Winning the Old Fashioned Way

In the not-so-distant past, the goal of every defense was to punish opposing passers. Intimidation was part of the plan, one expected from opposing offenses, accepted by opposing coaches.

Today's game has softened a bit in that regard. Not at Stanford.

"They don't quit and they like to fight," said Irish right tackle Christian Lombard who'll make his first start agains the Cardinal. "They'll be hitting after the whistle. They might look like gentleman, but it's going to be a street fight. There's no doubt about it; it's going to be a fight.

"You have to embrace that. It's what its going to be."

Lombard's fellow Chicagoan Chris Watt has faced the Cardinal twice, starting last year's contest in Palo Alto, one of 18 straight the senior left guard has served for the Irish front. Watt knows well the challenges Stanford's scheme provides.

"One of the biggest things last year was we didn't communicate up front. With all the different looks they're going to give us up there, some we won't have even practiced, we just have to communicate which guys are going where…that's going to help us in the game," he said.

Of the Cardinal growing reputation for defensive intimidation, Watt, (no stranger to physical play himself) noted, "They're really intense team, so even if we do communicate, we have to match that intensity out there. We have to maintain our physicalness as well.

"When you look at the USC game (a 24-21 Stanford win) compared to other games they've played, you can see their intensity is raised a notch. When they play us they'll raise it a notch as well. We have to match that out there because they're going to try to give it to us every play," he offered. "They're going to try to intimidate our quarterback and get him out of sorts, so we have to keep them from doing that."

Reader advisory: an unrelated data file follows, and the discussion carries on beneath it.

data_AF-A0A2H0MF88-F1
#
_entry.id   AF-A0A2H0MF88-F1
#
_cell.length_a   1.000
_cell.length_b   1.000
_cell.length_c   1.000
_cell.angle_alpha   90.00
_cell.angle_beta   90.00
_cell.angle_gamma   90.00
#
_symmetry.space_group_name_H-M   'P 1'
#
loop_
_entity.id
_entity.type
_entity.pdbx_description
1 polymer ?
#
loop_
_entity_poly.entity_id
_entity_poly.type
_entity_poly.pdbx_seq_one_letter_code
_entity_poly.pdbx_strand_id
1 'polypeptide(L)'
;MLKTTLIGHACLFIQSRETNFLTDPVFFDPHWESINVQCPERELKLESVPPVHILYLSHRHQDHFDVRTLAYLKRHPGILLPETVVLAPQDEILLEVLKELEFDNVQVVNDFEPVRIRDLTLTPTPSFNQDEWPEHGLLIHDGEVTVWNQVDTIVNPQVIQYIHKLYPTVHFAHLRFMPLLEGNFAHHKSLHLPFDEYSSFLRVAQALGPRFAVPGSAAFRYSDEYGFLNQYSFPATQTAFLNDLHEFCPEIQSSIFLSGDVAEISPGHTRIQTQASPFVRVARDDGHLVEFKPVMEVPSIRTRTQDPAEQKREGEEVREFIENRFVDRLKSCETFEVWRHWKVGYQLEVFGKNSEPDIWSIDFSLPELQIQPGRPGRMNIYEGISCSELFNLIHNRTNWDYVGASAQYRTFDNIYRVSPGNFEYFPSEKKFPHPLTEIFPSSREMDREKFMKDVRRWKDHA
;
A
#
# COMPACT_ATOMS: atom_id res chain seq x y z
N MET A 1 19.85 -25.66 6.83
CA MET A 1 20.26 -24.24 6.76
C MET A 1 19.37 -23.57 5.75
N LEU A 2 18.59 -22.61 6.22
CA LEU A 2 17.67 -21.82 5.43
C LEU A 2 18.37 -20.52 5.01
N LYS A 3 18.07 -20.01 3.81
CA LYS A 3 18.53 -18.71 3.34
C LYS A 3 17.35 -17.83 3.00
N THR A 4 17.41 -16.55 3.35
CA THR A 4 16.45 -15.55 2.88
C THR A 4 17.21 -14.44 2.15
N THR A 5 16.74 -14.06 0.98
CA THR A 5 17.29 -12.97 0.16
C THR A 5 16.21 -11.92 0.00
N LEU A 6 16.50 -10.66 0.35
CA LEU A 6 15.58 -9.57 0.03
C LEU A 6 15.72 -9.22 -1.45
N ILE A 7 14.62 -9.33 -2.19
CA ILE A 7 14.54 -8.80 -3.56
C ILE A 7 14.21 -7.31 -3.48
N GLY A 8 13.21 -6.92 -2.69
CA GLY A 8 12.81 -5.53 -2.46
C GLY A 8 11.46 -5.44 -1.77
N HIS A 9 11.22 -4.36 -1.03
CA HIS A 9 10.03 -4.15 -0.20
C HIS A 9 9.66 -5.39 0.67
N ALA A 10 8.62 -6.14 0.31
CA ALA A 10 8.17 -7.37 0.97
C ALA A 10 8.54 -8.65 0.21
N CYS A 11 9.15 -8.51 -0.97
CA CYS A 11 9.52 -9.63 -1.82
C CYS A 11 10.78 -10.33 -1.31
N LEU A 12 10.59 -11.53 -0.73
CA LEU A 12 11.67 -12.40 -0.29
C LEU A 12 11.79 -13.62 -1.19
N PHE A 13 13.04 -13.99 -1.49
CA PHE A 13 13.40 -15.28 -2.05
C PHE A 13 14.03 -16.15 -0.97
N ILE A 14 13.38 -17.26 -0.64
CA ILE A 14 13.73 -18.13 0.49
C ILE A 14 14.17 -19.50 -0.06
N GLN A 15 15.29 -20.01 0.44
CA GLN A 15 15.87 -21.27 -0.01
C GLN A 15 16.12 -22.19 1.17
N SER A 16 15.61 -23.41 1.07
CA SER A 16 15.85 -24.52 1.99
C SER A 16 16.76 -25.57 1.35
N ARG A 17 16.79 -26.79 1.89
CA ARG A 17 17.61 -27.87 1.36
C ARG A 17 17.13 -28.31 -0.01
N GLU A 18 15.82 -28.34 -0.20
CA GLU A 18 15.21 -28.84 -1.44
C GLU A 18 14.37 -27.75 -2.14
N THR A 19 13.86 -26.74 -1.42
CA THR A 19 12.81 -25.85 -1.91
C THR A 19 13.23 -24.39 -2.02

Everett Golson will get his first crack at the Cardinal behind an Irish offensive line featuring three major differences from the last meeting between the teams: Lombard at right tackle, Mike Golic at right guard (instead of his 2011 relief role at center) and 5th-year senior center Braxston Cave. Cave missed last season's loss due to injury.

"They mix it up, they have a good scheme and their players are really good at running that scheme," said Cave of a Cardinal team he's monitored for three seasons. "We're studying the film and trying to break it down to simplify everything.

"The defensive front plays really hard. They use their scheme fully to their advantage. They're coached well," Cave continued. "They have (former 2009 Irish defensive line) coach (Randy) Hart out there. He's all about playing to the whistle and going as hard as you can. I've seen it first-hand with him here, so I know exactly what to expect."

Asked if Cave would like to shake his old coach's hand following a victory this time, the 5th-year senior noted, "Oh yeah…I have to."

Cave's efforts and the performance of his line mates will determine the tenor of that handshake once again.